While trying to decide where to start with this series, I found myself going back to my thoughts and feelings when I first received Giovanni’s diagnoses. I was thinking that since this was presumably when everything started, that it would be an appropriate place to begin. As I started thinking more about this, I realized that it didn’t start at this point. It started much sooner. It began the day he was born.
From the first day of his life, my husband and I knew something wasn’t right. We watched our newborn son struggle to eat, struggle to gain weight, turn blue from aspirating, have tremors so violent that he couldn’t sleep. It was awful.
During his first year of life we lived in constant turmoil. We felt that our concerns were either downplayed or simply dismissed. I often think back to this time wanting to be angry, but I know that things were handled the way they were because no one knew any better. What we were experiencing with Giovanni was a group of complex issues where it was difficult to tie one to another. It is difficult to find the common denominator when you don’t even know that you have one to look for.
All throughout this period we are struggling with feelings of helplessness, anger, frustration, and fear. I spent most of my awake time crying as I felt so isolated. I was supposed to be enjoying this time, savoring each moment with my infant, as this time goes by so fast. Instead I spent this time worrying about why he couldn’t eat; why he was having violent tremors; why he had limited use of his left side; why he choked every time I fed him. I lived each day fearing that something horrible was happening to my precious son. I feared losing him.
Two weeks before his 1st birthday is when we finally found the common denominator. The MRI revealed that he had two rare neurological conditions, Periventricular Heterotopia and Porencephaly. We finally had some answers yet I didn’t feel relieved in anyway. We were now entering into uncharted waters. Before his diagnoses we were lingering close to shore, while there were no other boats in the immediate vicinity, we could see some off in the distance. While we were isolated, we knew that we weren’t alone. We were now in the middle of the ocean with giant waves crashing down on our boat. There was no one else in sight, no one to come to our rescue. No one could help us. It was completely up to us to navigate the waters and keep our boat afloat.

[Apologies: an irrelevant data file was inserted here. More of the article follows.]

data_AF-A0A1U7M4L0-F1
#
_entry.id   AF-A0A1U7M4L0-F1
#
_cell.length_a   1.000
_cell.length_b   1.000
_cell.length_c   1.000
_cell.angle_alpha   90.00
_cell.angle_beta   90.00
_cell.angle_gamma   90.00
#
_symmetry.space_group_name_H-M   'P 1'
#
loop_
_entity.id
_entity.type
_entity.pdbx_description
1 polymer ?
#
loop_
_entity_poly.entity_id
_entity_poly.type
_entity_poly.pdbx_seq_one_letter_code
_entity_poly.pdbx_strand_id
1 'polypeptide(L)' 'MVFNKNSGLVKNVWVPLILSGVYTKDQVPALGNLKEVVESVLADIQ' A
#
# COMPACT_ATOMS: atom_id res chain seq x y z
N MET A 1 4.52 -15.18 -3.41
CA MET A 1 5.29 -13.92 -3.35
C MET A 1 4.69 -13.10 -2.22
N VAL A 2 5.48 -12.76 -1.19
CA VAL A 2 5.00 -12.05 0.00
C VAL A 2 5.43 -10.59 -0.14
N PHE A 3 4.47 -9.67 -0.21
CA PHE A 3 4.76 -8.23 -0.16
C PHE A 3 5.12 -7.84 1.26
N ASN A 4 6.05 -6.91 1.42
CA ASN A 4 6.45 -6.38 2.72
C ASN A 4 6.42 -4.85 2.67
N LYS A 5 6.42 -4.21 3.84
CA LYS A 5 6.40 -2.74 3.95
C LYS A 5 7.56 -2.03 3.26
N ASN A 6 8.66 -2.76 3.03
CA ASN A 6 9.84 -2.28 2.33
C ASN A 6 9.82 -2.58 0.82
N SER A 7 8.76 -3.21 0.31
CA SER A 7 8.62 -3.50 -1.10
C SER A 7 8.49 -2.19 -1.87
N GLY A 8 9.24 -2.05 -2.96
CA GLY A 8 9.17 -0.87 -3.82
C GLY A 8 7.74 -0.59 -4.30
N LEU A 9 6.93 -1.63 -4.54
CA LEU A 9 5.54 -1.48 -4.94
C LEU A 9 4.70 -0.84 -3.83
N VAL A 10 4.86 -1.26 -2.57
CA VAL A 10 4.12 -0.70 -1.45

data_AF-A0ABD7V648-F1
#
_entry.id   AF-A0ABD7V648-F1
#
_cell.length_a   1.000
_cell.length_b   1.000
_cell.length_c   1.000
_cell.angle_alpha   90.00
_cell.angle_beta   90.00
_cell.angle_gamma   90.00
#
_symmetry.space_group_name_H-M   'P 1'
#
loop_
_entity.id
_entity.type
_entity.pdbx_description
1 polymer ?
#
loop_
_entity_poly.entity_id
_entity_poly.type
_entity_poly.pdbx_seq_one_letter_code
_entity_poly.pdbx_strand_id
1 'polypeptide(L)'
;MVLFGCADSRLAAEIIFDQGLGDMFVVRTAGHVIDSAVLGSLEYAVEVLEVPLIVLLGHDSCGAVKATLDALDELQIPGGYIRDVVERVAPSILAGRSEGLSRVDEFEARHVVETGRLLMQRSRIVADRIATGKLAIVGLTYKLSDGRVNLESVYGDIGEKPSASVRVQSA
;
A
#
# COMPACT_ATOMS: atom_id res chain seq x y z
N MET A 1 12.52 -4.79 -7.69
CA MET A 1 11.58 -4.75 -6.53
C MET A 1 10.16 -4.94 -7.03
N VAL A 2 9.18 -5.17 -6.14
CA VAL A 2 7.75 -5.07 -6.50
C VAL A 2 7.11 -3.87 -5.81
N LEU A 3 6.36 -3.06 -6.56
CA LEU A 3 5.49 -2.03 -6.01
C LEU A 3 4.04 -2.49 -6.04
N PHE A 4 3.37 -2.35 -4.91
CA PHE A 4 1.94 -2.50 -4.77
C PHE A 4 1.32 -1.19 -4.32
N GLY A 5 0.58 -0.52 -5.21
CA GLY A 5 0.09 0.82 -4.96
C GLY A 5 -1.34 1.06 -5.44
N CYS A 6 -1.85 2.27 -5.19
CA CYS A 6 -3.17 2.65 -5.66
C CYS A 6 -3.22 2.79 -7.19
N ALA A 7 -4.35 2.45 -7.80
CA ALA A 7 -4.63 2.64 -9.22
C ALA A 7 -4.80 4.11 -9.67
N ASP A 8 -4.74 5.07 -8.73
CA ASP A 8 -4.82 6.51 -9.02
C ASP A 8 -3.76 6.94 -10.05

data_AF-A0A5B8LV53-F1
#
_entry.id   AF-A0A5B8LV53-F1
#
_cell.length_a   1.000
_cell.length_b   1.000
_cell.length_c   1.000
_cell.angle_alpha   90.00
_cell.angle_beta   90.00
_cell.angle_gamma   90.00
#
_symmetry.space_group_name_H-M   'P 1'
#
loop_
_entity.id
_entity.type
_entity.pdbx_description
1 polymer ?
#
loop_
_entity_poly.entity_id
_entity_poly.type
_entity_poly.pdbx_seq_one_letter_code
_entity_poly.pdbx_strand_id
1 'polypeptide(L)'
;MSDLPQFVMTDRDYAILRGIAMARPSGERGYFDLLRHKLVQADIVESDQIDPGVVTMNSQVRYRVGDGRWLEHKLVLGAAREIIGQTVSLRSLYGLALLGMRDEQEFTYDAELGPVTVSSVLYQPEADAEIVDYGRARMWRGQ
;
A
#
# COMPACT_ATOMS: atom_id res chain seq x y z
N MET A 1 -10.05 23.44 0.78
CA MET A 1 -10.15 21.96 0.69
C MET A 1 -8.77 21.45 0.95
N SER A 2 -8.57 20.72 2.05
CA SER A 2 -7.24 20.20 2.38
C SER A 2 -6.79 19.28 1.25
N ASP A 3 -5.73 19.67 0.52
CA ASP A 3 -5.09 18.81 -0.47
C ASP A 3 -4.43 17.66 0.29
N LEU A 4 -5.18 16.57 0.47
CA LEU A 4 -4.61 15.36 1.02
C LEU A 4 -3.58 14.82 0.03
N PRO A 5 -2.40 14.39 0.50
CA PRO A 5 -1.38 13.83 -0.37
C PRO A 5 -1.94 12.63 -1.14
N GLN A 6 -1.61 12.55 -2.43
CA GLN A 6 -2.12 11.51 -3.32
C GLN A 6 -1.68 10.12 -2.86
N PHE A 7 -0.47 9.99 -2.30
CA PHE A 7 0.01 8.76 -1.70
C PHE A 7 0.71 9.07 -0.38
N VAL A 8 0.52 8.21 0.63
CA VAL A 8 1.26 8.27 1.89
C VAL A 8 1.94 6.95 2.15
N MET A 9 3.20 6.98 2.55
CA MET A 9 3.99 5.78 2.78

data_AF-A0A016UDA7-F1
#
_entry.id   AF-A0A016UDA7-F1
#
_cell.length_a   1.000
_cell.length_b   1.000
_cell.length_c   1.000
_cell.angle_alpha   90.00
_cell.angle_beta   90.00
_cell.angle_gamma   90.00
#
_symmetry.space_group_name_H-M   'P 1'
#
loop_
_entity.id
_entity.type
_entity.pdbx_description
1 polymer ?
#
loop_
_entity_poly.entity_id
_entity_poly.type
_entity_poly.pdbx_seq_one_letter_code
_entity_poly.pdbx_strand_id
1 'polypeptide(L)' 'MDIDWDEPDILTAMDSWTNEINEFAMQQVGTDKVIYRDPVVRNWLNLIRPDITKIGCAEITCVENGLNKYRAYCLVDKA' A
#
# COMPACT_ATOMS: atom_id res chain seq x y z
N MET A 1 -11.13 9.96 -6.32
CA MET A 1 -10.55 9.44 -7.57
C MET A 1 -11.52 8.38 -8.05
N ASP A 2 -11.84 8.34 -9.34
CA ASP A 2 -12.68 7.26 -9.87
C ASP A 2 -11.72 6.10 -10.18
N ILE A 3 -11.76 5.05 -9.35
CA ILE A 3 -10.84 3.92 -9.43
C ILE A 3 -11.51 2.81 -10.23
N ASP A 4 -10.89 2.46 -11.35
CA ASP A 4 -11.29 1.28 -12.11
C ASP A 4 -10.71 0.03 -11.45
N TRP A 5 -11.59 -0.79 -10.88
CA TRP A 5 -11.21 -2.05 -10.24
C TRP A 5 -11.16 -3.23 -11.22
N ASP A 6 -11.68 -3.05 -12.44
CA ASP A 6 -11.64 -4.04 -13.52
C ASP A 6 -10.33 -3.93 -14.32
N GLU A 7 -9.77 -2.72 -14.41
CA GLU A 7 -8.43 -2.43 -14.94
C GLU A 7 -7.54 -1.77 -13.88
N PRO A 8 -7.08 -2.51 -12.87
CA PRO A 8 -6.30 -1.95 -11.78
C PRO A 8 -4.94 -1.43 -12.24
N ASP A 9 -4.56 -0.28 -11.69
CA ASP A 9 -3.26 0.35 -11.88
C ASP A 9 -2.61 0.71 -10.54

It wasn’t just the fact that we just received two rare diagnoses or the fact that there wasn’t much information out there on them. It was the fact that our worst fears were confirmed. Our son had something very real, something that was going to affect him for the rest of his life. We had transitioned from living in fear of the unknown, to fearing the known. There were so many unanswered questions; Was he going to ever walk? Would he be able to talk? Would he suffer? Would we lose him?
It is so hard for me to put into words all of the feelings I experienced over the first several months after receiving his diagnoses. I felt betrayed. This wasn’t the way it was supposed to be. I always imagined watching my child go off to school, getting a college education, getting married, having children of his own. I would daydream of my life 30 or so years from now and what it would be like. I imagined myself visiting my son and his wife, playing out in the backyard with my grandchildren. I imagined all of the Holidays together where we would sit around the dinner table talking about everyday life, enjoying the company of one another. In a matter of a 15 minute phone call with the neurologist I learned that I had to revise all of the hopes and dreams I had for Giovanni. How would things look now? Would he even be able to go to school? Would he ever become a productive member of society? Would he even still be here?
It is at this particular point that these feelings of betrayal started becoming masked by denial. Denial has been a huge part of this and is worthy of its own post so I am going to stop here.
What I want to leave everyone thinking about here is the concept of empathy. Learning about any difficulty or problem in your child’s development comes as a tremendous blow. I can tell you that the days, weeks, and even months following his MRI were a complete blur. I was going through life oblivious to my surroundings. While I may have seemed like I was handling thing well, I was not. My entire world, in a matter of a short time, came crashing down. I am sure during this time, without even realizing it, I offended someone or even outright hurt someone. None of this was intentional. My only thoughts during this time were around making sure my son was ok, and trying to understand how this could be happening. Next time a stranger bumps into you, never realizing they did so, or someone looks at you with a blank stare when you go out of your way to acknowledge their presence, just try to imagine what just happened in that person’s life. Are they truly a rude human being, or did their world just come crashing down on them.